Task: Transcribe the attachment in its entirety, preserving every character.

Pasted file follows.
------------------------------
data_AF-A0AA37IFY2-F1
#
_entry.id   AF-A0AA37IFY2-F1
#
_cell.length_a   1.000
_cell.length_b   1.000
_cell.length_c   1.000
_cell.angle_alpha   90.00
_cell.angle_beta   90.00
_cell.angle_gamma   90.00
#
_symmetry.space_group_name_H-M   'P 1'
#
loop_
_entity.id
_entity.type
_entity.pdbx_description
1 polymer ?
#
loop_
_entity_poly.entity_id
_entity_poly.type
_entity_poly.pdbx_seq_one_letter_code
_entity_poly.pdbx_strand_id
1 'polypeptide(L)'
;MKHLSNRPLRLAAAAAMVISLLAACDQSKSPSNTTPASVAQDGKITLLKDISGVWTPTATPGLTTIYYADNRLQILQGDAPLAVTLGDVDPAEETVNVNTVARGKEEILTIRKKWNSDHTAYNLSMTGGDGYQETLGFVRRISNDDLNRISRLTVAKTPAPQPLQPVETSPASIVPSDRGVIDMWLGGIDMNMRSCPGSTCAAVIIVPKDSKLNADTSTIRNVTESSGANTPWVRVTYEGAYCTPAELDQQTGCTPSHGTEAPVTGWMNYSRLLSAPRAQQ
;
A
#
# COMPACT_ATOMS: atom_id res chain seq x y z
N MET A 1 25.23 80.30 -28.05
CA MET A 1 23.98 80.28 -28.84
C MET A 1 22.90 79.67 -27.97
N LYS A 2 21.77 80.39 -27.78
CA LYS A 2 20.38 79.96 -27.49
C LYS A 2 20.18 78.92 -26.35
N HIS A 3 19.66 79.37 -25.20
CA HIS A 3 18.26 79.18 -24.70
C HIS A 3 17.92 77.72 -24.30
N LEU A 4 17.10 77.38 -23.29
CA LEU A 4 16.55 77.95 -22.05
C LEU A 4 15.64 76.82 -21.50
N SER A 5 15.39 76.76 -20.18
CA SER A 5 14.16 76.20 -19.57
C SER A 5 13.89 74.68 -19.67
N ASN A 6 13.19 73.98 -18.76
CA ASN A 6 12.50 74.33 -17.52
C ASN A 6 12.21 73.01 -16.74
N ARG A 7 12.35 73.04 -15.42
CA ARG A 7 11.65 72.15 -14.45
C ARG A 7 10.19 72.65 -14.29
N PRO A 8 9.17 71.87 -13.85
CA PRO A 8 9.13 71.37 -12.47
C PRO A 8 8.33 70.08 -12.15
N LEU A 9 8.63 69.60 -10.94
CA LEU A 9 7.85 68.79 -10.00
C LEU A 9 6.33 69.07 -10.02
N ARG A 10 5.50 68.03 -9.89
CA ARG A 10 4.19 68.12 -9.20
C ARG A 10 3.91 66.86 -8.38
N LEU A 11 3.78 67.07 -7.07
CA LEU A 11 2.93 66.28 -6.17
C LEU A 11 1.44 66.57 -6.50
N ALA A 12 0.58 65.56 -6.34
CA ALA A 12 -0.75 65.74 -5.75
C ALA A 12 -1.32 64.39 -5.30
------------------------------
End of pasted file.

data_AF-A0AA37IFY2-F1
#
_entry.id   AF-A0AA37IFY2-F1
#
_cell.length_a   1.000
_cell.length_b   1.000
_cell.length_c   1.000
_cell.angle_alpha   90.00
_cell.angle_beta   90.00
_cell.angle_gamma   90.00
#
_symmetry.space_group_name_H-M   'P 1'
#
loop_
_entity.id
_entity.type
_entity.pdbx_description
1 polymer ?
#
loop_
_entity_poly.entity_id
_entity_poly.type
_entity_poly.pdbx_seq_one_letter_code
_entity_poly.pdbx_strand_id
1 'polypeptide(L)'
;MKHLSNRPLRLAAAAAMVISLLAACDQSKSPSNTTPASVAQDGKITLLKDISGVWTPTATPGLTTIYYADNRLQILQGDAPLAVTLGDVDPAEETVNVNTVARGKEEILTIRKKWNSDHTAYNLSMTGGDGYQETLGFVRRISNDDLNRISRLTVAKTPAPQPLQPVETSPASIVPSDRGVIDMWLGGIDMNMRSCPGSTCAAVIIVPKDSKLNADTSTIRNVTESSGANTPWVRVTYEGAYCTPAELDQQTGCTPSHGTEAPVTGWMNYSRLLSAPRAQQ
;
A
#
# COMPACT_ATOMS: atom_id res chain seq x y z
N MET A 1 25.23 80.30 -28.05
CA MET A 1 23.98 80.28 -28.84
C MET A 1 22.90 79.67 -27.97
N LYS A 2 21.77 80.39 -27.78
CA LYS A 2 20.38 79.96 -27.49
C LYS A 2 20.18 78.92 -26.35
N HIS A 3 19.66 79.37 -25.20
CA HIS A 3 18.26 79.18 -24.70
C HIS A 3 17.92 77.72 -24.30
N LEU A 4 17.10 77.38 -23.29
CA LEU A 4 16.55 77.95 -22.05
C LEU A 4 15.64 76.82 -21.50
N SER A 5 15.39 76.76 -20.18
CA SER A 5 14.16 76.20 -19.57
C SER A 5 13.89 74.68 -19.67
N ASN A 6 13.19 73.98 -18.76
CA ASN A 6 12.50 74.33 -17.52
C ASN A 6 12.21 73.01 -16.74
N ARG A 7 12.35 73.04 -15.42
CA ARG A 7 11.65 72.15 -14.45
C ARG A 7 10.19 72.65 -14.29
N PRO A 8 9.17 71.87 -13.85
CA PRO A 8 9.13 71.37 -12.47
C PRO A 8 8.33 70.08 -12.15
N LEU A 9 8.63 69.60 -10.94
CA LEU A 9 7.85 68.79 -10.00
C LEU A 9 6.33 69.07 -10.02
N ARG A 10 5.50 68.03 -9.89
CA ARG A 10 4.19 68.12 -9.20
C ARG A 10 3.91 66.86 -8.38
N LEU A 11 3.78 67.07 -7.07
CA LEU A 11 2.93 66.28 -6.17
C LEU A 11 1.44 66.57 -6.50
N ALA A 12 0.58 65.56 -6.34
CA ALA A 12 -0.75 65.74 -5.75
C ALA A 12 -1.32 64.39 -5.30